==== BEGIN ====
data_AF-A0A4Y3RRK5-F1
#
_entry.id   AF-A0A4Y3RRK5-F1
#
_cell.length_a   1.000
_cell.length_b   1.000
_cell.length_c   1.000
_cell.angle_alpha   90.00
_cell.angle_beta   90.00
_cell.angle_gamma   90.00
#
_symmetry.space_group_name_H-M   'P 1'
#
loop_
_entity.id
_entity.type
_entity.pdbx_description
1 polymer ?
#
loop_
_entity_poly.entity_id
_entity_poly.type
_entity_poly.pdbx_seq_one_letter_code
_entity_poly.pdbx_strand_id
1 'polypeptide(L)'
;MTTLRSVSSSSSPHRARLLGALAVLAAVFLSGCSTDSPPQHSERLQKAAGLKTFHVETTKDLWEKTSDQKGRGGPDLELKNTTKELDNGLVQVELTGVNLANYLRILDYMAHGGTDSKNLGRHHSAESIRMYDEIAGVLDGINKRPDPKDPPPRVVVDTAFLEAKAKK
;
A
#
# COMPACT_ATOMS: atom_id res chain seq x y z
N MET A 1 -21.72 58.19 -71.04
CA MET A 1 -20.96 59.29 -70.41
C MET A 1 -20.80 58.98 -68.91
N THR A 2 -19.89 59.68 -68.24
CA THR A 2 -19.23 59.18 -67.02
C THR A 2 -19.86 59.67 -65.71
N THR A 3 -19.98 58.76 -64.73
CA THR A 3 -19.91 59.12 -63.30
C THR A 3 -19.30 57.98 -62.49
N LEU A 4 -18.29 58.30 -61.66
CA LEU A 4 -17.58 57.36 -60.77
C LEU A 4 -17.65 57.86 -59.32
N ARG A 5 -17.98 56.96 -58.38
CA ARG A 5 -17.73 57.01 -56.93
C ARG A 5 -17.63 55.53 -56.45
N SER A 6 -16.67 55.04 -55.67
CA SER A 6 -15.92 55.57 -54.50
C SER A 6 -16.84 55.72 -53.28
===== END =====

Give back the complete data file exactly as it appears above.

data_AF-A0A4Y3RRK5-F1
#
_entry.id   AF-A0A4Y3RRK5-F1
#
_cell.length_a   1.000
_cell.length_b   1.000
_cell.length_c   1.000
_cell.angle_alpha   90.00
_cell.angle_beta   90.00
_cell.angle_gamma   90.00
#
_symmetry.space_group_name_H-M   'P 1'
#
loop_
_entity.id
_entity.type
_entity.pdbx_description
1 polymer ?
#
loop_
_entity_poly.entity_id
_entity_poly.type
_entity_poly.pdbx_seq_one_letter_code
_entity_poly.pdbx_strand_id
1 'polypeptide(L)'
;MTTLRSVSSSSSPHRARLLGALAVLAAVFLSGCSTDSPPQHSERLQKAAGLKTFHVETTKDLWEKTSDQKGRGGPDLELKNTTKELDNGLVQVELTGVNLANYLRILDYMAHGGTDSKNLGRHHSAESIRMYDEIAGVLDGINKRPDPKDPPPRVVVDTAFLEAKAKK
;
A
#
# COMPACT_ATOMS: atom_id res chain seq x y z
N MET A 1 -21.72 58.19 -71.04
CA MET A 1 -20.96 59.29 -70.41
C MET A 1 -20.80 58.98 -68.91
N THR A 2 -19.89 59.68 -68.24
CA THR A 2 -19.23 59.18 -67.02
C THR A 2 -19.86 59.67 -65.71
N THR A 3 -19.98 58.76 -64.73
CA THR A 3 -19.91 59.12 -63.30
C THR A 3 -19.30 57.98 -62.49
N LEU A 4 -18.29 58.30 -61.66
CA LEU A 4 -17.58 57.36 -60.77
C LEU A 4 -17.65 57.86 -59.32
N ARG A 5 -17.98 56.96 -58.38
CA ARG A 5 -17.73 57.01 -56.93
C ARG A 5 -17.63 55.53 -56.45
N SER A 6 -16.67 55.04 -55.67
CA SER A 6 -15.92 55.57 -54.50
C SER A 6 -16.84 55.72 -53.28